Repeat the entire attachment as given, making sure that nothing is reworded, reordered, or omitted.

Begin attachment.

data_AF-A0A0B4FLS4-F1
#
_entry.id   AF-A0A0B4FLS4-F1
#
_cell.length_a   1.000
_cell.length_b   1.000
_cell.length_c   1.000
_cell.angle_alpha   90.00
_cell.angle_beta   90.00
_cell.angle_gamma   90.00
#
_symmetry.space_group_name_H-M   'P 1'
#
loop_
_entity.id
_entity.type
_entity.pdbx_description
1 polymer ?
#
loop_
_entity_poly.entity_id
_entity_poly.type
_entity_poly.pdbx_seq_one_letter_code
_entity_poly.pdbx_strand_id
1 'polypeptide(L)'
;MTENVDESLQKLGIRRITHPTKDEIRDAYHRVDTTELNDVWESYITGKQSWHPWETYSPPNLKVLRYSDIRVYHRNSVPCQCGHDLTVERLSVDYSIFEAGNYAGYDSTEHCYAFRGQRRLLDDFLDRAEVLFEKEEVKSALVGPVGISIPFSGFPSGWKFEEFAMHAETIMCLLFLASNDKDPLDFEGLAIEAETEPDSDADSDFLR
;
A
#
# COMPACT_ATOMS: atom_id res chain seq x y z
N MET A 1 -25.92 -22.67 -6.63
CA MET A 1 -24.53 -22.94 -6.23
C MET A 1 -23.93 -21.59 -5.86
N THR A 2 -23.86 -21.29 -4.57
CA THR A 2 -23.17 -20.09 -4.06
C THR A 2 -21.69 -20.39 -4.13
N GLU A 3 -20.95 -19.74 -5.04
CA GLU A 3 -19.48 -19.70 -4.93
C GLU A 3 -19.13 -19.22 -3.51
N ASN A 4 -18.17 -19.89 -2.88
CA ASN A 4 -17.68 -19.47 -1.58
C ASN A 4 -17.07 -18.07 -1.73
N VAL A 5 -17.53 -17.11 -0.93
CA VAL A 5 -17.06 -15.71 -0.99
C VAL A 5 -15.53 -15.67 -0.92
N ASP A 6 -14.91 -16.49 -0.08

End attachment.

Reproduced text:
data_AF-A0A0B4FLS4-F1
#
_entry.id   AF-A0A0B4FLS4-F1
#
_cell.length_a   1.000
_cell.length_b   1.000
_cell.length_c   1.000
_cell.angle_alpha   90.00
_cell.angle_beta   90.00
_cell.angle_gamma   90.00
#
_symmetry.space_group_name_H-M   'P 1'
#
loop_
_entity.id
_entity.type
_entity.pdbx_description
1 polymer ?
#
loop_
_entity_poly.entity_id
_entity_poly.type
_entity_poly.pdbx_seq_one_letter_code
_entity_poly.pdbx_strand_id
1 'polypeptide(L)'
;MTENVDESLQKLGIRRITHPTKDEIRDAYHRVDTTELNDVWESYITGKQSWHPWETYSPPNLKVLRYSDIRVYHRNSVPCQCGHDLTVERLSVDYSIFEAGNYAGYDSTEHCYAFRGQRRLLDDFLDRAEVLFEKEEVKSALVGPVGISIPFSGFPSGWKFEEFAMHAETIMCLLFLASNDKDPLDFEGLAIEAETEPDSDADSDFLR
;
A
#
# COMPACT_ATOMS: atom_id res chain seq x y z
N MET A 1 -25.92 -22.67 -6.63
CA MET A 1 -24.53 -22.94 -6.23
C MET A 1 -23.93 -21.59 -5.86
N THR A 2 -23.86 -21.29 -4.57
CA THR A 2 -23.17 -20.09 -4.06
C THR A 2 -21.69 -20.39 -4.13
N GLU A 3 -20.95 -19.74 -5.04
CA GLU A 3 -19.48 -19.70 -4.93
C GLU A 3 -19.13 -19.22 -3.51
N ASN A 4 -18.17 -19.89 -2.88
CA ASN A 4 -17.68 -19.47 -1.58
C ASN A 4 -17.07 -18.07 -1.73
N VAL A 5 -17.53 -17.11 -0.93
CA VAL A 5 -17.06 -15.71 -0.99
C VAL A 5 -15.53 -15.67 -0.92
N ASP A 6 -14.91 -16.49 -0.08